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2371 Racial Discrimination and Pain in Adults with Sickle Cell Disease: Depression As a Mediator

Program: Oral and Poster Abstracts
Session: 904. Outcomes Research – Non-Malignant Conditions: Poster I
Hematology Disease Topics & Pathways:
Clinical Practice (Health Services and Quality)
Saturday, December 9, 2023, 5:30 PM-7:30 PM

Donald J Bearden, PhD1*, Kim Ono, PhD2*, Lindsey L Cohen, PhD3*, Julia A. O'Brien, PhD, RN4*, Charles R. Jonassaint, PhD, MHS5, Soumitri Sil, PhD6*, Carlton Dampier, MD7, Elna N. Saah, MD8 and Enrico M Novelli, MD9

1Department of Neurology, Emory University School of Medicine, Atlanta, GA
2Emory University School of Medicine, Atlanta, GA
3Georgia State University, Atlanta, GA
4School of Nursing, University of Pittsburgh, Pittsburgh, PA
5University of Pittsburgh Medical Center, Pittsburgh, PA
6Emory University/Children's Healthcare of Atlanta, Atlanta, GA
7Department of Pediatrics, Emory University School of Medicine and Children’s Healthcare of Atlanta, Atlanta, GA
8Emory+ Childrens Healthcare of Atlanta Pediatrics Institute, Hurley Medical Center, Atlanta, GA
9Department of Medicine, University of Pittsburgh, Pittsburgh, PA

Introduction: Patients with sickle cell disease (SCD) are highly vulnerable to pain and depression compared to their healthy peers. They also are at high risk of experiencing discrimination due to a combination of racial biases and stigma associated with SCD. Discrimination can have negative psychological effects and lead to poor health outcomes including increased pain. However, there is limited research in SCD examining the link between racial discrimination and pain, and how depression may mediate this association. A recent study found that depression significantly mediated the association between racial discrimination in the healthcare setting and pain severity and interference in adults with SCD. This study lacked a comparison group of non-SCD racial minorities to determine to what extent the link between discrimination and pain was specific to SCD. Thus, in the current study we sought to extend prior findings by comparing depression, pain, and racial discrimination between a group of adults with SCD and a demographically matched control group. We then examined whether depression in adults with SCD mediated the racial discrimination – pain association.

Methods: Our study included 96 adults (Mage = 35.22 years, SD = 11.24; 55 females) with SCD receiving hematological care at a large medical center in the northeastern United States, and 84 demographically matched non-SCD controls (Mage = 36.66, SD = 11.49; 50 females). The institution’s IRB approved the study, which involved collection of biopsychosocial data from participants. Rating scales used in the current study included the Experiences of Discrimination Scale (EOD), Beck Depression Inventory-2 (BDI-2), and Brief Pain Inventory (BPI).

Results: After adjusting for covariates, the SCD group rated themselves as experiencing significantly more depression (BDI-2) (t(95) = -1.997, p = 0.024) in daily life than the control group. Discrimination (EOD) was not significantly different between groups (t(138) = -1.029, p = 0.305). The SCD group endorsed marginally greater 0-10 pain severity on the BPI than the control group, which approached significance (p = .053) with a medium effect size (adjusted R2 = .193). Lack of significance was likely influenced by the small number of non-SCD controls who completed the BPI (n = 12). In the SCD group, depression was significantly associated with both pain (r = .509, p = .004) and discrimination (r = .497, p = .005). Discrimination was not significantly associated with pain (r = .219, p = .245). Using Andrew Hayes’s PROCESS mediation macro, results showed a significant indirect effect in that depression (BDI-2) fully mediated the association between racial discrimination (EOD) and pain ratings (BPI) (Table 1, Figure 1). No mediation was found using the same analyses in the control group.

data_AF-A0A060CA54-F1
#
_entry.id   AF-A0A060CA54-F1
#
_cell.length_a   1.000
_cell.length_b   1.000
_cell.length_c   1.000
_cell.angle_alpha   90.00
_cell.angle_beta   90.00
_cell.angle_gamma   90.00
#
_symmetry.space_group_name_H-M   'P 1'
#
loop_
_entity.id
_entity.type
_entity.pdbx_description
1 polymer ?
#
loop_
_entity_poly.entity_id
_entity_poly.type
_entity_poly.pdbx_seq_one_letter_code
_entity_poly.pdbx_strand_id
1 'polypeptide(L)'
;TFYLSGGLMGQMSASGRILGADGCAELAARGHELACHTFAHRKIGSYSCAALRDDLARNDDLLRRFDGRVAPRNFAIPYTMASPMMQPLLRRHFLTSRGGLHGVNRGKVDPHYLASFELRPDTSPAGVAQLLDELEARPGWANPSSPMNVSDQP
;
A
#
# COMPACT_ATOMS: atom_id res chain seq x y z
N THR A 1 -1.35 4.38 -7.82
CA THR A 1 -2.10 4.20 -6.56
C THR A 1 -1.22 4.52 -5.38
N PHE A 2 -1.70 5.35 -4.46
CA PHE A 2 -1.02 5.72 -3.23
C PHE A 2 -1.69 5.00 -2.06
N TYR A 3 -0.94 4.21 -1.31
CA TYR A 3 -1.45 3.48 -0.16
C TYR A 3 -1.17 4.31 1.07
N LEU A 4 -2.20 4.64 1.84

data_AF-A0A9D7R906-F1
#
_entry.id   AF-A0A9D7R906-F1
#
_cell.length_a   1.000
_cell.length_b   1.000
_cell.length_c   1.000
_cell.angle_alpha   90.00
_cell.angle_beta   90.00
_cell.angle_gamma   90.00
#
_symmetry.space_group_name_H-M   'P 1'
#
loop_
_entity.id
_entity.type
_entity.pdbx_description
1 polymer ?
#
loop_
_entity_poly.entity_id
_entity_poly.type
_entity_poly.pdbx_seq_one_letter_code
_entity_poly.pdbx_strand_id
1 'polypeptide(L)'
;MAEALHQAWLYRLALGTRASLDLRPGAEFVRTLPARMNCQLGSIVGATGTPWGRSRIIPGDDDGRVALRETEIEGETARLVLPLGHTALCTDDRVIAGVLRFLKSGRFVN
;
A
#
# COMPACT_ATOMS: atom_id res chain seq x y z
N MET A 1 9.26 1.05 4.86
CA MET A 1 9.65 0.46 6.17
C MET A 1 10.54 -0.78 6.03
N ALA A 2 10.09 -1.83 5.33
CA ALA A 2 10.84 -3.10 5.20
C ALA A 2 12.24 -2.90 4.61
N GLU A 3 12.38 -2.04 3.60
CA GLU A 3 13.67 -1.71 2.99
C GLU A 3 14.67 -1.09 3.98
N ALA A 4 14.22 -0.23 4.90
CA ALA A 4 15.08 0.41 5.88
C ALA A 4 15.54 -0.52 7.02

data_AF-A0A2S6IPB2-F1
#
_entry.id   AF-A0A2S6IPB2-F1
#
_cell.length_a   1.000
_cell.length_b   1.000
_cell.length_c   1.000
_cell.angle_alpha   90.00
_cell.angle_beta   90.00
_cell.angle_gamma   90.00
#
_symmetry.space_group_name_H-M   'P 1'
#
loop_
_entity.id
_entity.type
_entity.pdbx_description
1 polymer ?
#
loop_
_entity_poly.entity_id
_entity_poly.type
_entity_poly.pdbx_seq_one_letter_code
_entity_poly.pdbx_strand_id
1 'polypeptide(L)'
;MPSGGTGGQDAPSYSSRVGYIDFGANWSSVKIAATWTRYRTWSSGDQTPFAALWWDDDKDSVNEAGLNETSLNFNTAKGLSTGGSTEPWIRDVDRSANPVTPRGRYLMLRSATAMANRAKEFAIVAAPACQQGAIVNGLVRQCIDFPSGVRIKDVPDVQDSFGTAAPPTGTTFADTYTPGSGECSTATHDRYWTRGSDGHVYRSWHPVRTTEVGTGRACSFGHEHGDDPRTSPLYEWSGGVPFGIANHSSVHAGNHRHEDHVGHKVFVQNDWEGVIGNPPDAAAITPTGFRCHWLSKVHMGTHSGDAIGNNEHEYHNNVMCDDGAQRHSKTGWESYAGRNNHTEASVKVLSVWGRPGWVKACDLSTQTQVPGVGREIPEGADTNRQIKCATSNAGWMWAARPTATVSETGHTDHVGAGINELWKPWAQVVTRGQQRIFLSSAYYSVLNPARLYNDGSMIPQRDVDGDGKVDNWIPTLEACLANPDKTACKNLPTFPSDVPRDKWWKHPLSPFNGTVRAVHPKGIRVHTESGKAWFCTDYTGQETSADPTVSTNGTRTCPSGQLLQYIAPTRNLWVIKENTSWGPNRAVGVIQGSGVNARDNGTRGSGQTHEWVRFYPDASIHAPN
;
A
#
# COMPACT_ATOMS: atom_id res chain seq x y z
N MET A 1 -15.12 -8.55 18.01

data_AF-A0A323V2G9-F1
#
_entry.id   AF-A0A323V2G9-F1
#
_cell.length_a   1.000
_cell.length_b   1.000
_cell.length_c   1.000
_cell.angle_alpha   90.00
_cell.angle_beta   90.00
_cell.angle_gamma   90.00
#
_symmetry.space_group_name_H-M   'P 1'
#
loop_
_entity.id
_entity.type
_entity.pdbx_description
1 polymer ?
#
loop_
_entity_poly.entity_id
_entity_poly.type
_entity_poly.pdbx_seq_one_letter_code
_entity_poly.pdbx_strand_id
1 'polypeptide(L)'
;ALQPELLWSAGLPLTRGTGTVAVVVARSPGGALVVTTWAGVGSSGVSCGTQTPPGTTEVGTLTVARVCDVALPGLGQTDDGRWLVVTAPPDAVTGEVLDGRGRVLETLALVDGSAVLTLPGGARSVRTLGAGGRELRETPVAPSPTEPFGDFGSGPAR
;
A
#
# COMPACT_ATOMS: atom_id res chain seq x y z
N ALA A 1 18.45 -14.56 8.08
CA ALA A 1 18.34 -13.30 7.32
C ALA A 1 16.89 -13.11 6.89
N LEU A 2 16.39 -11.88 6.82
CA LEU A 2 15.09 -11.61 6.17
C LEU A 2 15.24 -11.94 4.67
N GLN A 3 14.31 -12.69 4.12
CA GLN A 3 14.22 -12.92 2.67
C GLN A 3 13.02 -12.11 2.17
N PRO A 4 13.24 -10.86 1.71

Conclusion: The SCD and non-SCD groups reported experiencing similar levels of racial discrimination but the SCD group reported higher levels of depression and pain. In the SCD group, we replicated prior findings showing that depression mediated the associated between discrimination and pain. This suggests that it is an individual’s response to an external stressor, and not the stressor itself, that contributes to poor disease outcomes. SCD primarily impacts Βlacks/African Americans in the United States, and these patients may experience unique interactions between experiences of discrimination and mental health that lead to increased pain. Depression may be a focus for treatment to improve pain, but more research is needed to substantiate these findings and understand what physiological factors explain how depression can influence pain in SCD.

Disclosures: O'Brien: Lilly Eli & Co: Current equity holder in publicly-traded company; Johnson & Johnson: Current equity holder in publicly-traded company; Embecta: Current equity holder in publicly-traded company; Colgate-Palmolive: Current equity holder in publicly-traded company; Becton Dickinson: Current equity holder in publicly-traded company; Ashland Inc: Current equity holder in publicly-traded company; AbbVie Inc: Current equity holder in publicly-traded company; Pfizer: Current equity holder in publicly-traded company; 3M Co.: Current equity holder in publicly-traded company. Jonassaint: Agios: Consultancy, Honoraria; Expressive Painimation: Current Employment, Current equity holder in private company. Saah: Vertex Pharmaceuticals: Honoraria, Other: Advisory Board ; Pfizer: Honoraria; Forma therapeutics: Research Funding; Novartis: Speakers Bureau. Novelli: Novo Nordisk: Consultancy, Membership on an entity's Board of Directors or advisory committees; Chiesi Pharmaceuticals: Consultancy; Shield Therapeutics: Consultancy.

*signifies non-member of ASH